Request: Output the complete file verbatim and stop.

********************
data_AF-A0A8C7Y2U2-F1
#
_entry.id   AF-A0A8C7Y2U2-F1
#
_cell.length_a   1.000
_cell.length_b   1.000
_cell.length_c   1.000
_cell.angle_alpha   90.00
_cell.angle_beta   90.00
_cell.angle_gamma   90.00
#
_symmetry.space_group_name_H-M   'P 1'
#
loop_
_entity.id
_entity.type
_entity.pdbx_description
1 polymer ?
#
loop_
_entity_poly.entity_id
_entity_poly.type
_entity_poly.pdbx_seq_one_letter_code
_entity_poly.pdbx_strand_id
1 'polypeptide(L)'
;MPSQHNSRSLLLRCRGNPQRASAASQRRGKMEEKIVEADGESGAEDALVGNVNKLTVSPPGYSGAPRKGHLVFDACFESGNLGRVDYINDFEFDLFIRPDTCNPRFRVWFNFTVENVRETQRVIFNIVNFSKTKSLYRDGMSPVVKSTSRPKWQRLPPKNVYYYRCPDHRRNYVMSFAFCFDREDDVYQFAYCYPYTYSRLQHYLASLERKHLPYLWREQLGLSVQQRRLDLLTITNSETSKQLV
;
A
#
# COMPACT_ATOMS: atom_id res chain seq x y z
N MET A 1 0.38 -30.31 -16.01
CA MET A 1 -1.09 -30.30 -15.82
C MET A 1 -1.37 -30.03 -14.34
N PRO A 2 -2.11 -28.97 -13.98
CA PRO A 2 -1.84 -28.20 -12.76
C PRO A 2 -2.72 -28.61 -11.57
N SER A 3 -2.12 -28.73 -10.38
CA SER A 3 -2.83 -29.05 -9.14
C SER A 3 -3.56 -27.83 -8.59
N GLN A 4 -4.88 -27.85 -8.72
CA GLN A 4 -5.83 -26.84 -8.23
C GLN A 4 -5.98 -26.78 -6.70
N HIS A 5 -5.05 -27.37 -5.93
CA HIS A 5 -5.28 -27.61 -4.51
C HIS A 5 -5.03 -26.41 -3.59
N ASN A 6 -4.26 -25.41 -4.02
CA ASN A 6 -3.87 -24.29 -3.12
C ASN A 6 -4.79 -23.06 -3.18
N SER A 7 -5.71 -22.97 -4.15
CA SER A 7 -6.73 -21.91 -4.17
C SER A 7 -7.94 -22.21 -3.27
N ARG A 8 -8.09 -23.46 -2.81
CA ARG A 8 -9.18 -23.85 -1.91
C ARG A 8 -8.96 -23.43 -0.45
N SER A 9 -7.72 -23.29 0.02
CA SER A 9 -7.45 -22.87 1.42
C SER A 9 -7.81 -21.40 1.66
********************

data_AF-A0A8C7Y2U2-F1
#
_entry.id   AF-A0A8C7Y2U2-F1
#
_cell.length_a   1.000
_cell.length_b   1.000
_cell.length_c   1.000
_cell.angle_alpha   90.00
_cell.angle_beta   90.00
_cell.angle_gamma   90.00
#
_symmetry.space_group_name_H-M   'P 1'
#
loop_
_entity.id
_entity.type
_entity.pdbx_description
1 polymer ?
#
loop_
_entity_poly.entity_id
_entity_poly.type
_entity_poly.pdbx_seq_one_letter_code
_entity_poly.pdbx_strand_id
1 'polypeptide(L)'
;MPSQHNSRSLLLRCRGNPQRASAASQRRGKMEEKIVEADGESGAEDALVGNVNKLTVSPPGYSGAPRKGHLVFDACFESGNLGRVDYINDFEFDLFIRPDTCNPRFRVWFNFTVENVRETQRVIFNIVNFSKTKSLYRDGMSPVVKSTSRPKWQRLPPKNVYYYRCPDHRRNYVMSFAFCFDREDDVYQFAYCYPYTYSRLQHYLASLERKHLPYLWREQLGLSVQQRRLDLLTITNSETSKQLV
;
A
#
# COMPACT_ATOMS: atom_id res chain seq x y z
N MET A 1 0.38 -30.31 -16.01
CA MET A 1 -1.09 -30.30 -15.82
C MET A 1 -1.37 -30.03 -14.34
N PRO A 2 -2.11 -28.97 -13.98
CA PRO A 2 -1.84 -28.20 -12.76
C PRO A 2 -2.72 -28.61 -11.57
N SER A 3 -2.12 -28.73 -10.38
CA SER A 3 -2.83 -29.05 -9.14
C SER A 3 -3.56 -27.83 -8.59
N GLN A 4 -4.88 -27.85 -8.72
CA GLN A 4 -5.83 -26.84 -8.23
C GLN A 4 -5.98 -26.78 -6.70
N HIS A 5 -5.05 -27.37 -5.93
CA HIS A 5 -5.28 -27.61 -4.51
C HIS A 5 -5.03 -26.41 -3.59
N ASN A 6 -4.26 -25.41 -4.02
CA ASN A 6 -3.87 -24.29 -3.12
C ASN A 6 -4.79 -23.06 -3.18
N SER A 7 -5.71 -22.97 -4.15
CA SER A 7 -6.73 -21.91 -4.17
C SER A 7 -7.94 -22.21 -3.27
N ARG A 8 -8.09 -23.46 -2.81
CA ARG A 8 -9.18 -23.85 -1.91
C ARG A 8 -8.96 -23.43 -0.45
N SER A 9 -7.72 -23.29 0.02
CA SER A 9 -7.45 -22.87 1.42
C SER A 9 -7.81 -21.40 1.66